Monday, January 24, 2005

Physics, Oh How I've Missed You

I was looking at the snow drifts today, and it reminded me of a ridiculously cool physics proof I learned in high school. So you know how sand in a desert, or snow in a windswept drift, settles into these nice little peaks with smooth angles? Well, it turns out that you can take the angle of that incline (we'll call it theta) and the tangent of that angle is equal to the coefficient of friction of the particles that make up that pile. For all you real world physicists, yes, I realize it's probably much more complicated than this, but bear with me, because I still think its cool. Here's a fun little diagram to help explain!

F = ma

Since once the snow has settled it's not moving, a = 0. So that means that all the forces acting on that one little particle of sand or snow (gravity and friction) have to add up to zero.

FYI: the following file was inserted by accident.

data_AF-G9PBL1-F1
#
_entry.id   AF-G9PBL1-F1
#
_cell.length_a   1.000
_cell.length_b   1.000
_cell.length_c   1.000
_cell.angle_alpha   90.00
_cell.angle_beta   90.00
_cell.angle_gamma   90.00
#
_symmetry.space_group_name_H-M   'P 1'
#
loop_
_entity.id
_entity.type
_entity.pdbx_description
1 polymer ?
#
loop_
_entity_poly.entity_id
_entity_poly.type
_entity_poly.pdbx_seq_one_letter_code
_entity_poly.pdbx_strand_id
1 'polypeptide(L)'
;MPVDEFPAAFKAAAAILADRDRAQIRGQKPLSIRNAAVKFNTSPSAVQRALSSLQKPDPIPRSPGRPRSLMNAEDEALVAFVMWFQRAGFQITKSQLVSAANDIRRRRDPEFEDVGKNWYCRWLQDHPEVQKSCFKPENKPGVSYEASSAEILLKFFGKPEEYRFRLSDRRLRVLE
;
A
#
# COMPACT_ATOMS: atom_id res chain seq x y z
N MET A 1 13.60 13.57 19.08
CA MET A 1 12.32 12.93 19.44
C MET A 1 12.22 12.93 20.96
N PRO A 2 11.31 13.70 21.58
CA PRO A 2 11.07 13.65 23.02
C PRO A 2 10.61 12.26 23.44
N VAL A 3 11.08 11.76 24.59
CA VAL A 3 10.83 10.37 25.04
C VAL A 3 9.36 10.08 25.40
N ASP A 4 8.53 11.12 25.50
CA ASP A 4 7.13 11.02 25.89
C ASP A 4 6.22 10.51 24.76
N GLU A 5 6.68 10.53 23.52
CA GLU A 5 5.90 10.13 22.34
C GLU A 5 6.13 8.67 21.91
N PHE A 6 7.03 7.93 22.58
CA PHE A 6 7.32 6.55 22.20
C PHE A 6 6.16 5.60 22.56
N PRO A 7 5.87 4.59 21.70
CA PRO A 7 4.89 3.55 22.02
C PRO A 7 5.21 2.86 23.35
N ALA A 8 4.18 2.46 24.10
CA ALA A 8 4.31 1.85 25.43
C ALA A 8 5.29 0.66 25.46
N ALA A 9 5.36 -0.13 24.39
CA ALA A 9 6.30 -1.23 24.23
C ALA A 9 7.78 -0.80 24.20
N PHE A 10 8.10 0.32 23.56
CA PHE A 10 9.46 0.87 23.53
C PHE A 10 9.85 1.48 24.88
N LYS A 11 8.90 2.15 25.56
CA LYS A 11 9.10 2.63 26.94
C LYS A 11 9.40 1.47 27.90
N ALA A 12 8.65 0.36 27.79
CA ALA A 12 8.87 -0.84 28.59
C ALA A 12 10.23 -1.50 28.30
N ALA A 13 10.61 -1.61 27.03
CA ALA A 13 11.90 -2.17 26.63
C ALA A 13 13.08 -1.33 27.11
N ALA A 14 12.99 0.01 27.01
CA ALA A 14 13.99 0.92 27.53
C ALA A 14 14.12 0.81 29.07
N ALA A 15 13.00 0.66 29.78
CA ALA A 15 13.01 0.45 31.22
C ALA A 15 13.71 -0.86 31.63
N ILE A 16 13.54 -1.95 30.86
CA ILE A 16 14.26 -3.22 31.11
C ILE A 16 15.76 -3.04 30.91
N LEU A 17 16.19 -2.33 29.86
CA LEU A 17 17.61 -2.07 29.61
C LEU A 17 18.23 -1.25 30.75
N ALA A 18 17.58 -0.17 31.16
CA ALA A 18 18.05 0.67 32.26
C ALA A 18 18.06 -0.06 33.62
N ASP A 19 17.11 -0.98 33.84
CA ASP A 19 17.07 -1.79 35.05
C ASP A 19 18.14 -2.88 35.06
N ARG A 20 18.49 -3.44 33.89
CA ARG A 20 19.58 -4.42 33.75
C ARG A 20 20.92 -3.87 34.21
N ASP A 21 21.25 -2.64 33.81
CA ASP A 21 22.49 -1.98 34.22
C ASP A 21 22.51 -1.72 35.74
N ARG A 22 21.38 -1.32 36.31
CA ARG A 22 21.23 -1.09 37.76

mg sin θ = Force of gravity in the direction of the incline.
μ mg cos θ = Force of friction opposing the motion of the particle.

So we already said that mg sin θ must be equal to μ mg cos θ, since our little particle isn't moving. So start cancelling things out and we get: sin θ/cos θ = μ. Well, don't you know that's the same as tan θ = μ. Huh... pretty cool. So I guess that means that if you dribble little piles of sugar on your countertop, it should make the same incline pile every time (assuming your sugar is of even consistency).


At 3:52 PM, January 25, 2005, Blogger Dana said...

Agh! I'm having Dumais flashbacks! Make it stop!

At 1:41 PM, January 26, 2005, Anonymous Anonymous said...

me too! i keep trying to block out all memory of high school physics and mr. dumais (the man who stole my birthday) and anne keeps bringing it back. why, anne, why?!


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